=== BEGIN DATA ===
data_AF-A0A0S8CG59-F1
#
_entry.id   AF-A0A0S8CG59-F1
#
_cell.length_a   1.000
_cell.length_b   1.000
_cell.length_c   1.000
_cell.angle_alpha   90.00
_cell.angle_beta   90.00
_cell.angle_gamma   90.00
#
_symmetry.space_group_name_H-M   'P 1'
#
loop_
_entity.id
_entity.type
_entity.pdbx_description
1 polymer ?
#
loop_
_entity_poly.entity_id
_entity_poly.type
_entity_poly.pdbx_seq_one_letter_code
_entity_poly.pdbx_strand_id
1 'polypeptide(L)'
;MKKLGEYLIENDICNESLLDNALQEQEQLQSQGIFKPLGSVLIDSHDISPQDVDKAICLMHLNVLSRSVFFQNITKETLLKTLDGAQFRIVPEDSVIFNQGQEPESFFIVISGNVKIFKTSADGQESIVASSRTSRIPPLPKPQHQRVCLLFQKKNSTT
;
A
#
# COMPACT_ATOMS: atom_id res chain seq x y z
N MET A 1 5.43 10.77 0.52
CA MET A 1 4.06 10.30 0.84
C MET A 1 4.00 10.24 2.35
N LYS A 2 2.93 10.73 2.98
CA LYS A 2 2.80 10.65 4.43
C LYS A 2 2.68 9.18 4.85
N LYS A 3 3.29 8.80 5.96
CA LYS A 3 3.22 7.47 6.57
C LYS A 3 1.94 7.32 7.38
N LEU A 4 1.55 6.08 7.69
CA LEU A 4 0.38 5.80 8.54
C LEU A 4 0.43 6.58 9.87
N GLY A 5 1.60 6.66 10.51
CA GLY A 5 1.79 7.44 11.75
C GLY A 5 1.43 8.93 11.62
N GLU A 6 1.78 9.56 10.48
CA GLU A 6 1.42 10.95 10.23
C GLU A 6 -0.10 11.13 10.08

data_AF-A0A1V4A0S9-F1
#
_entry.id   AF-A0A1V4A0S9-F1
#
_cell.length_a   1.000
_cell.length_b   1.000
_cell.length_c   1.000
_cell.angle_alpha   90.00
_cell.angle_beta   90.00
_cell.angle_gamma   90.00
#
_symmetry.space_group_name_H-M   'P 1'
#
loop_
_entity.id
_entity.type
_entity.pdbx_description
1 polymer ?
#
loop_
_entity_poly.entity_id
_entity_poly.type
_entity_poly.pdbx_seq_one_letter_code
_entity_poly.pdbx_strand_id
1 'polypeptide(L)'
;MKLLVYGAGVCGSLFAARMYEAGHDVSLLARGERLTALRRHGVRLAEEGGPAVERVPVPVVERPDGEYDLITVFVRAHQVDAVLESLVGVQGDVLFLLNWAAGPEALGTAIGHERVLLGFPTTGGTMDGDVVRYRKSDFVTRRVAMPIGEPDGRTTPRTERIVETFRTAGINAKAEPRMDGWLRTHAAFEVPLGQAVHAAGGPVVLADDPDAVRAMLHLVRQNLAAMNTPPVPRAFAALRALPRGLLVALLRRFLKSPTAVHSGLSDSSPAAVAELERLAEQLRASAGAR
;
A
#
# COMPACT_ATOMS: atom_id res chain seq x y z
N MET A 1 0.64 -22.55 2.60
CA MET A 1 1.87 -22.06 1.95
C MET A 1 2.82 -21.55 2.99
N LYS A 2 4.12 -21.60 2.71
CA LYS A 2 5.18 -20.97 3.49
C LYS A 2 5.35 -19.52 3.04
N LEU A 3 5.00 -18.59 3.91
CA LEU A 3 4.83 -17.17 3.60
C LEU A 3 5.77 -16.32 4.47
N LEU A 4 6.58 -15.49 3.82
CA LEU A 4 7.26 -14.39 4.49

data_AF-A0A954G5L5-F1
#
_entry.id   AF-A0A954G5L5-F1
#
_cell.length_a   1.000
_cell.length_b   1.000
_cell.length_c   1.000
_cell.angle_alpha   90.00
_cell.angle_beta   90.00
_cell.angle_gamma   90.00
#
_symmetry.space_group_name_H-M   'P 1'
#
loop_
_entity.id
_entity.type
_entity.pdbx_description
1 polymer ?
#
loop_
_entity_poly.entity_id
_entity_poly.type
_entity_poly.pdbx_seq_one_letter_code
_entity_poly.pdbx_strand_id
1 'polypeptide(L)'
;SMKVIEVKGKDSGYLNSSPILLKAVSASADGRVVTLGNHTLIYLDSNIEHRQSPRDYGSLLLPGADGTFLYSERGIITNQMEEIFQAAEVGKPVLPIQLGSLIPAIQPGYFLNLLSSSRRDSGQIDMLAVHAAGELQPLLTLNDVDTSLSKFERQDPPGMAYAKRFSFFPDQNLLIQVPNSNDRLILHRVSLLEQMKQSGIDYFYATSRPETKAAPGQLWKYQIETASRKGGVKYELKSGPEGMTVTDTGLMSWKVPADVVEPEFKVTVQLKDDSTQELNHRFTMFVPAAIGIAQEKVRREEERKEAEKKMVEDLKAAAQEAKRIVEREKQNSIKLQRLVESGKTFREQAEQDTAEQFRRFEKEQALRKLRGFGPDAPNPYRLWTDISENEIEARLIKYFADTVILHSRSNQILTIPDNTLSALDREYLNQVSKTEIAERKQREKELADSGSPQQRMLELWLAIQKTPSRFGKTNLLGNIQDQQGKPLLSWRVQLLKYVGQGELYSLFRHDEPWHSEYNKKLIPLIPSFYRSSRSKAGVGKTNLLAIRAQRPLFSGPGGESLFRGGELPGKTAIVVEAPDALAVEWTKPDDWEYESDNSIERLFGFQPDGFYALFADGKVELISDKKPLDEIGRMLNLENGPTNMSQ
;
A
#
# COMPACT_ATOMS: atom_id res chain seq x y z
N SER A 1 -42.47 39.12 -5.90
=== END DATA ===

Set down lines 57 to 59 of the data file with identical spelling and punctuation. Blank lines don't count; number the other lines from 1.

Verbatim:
_cell.angle_beta   90.00
_cell.angle_gamma   90.00
#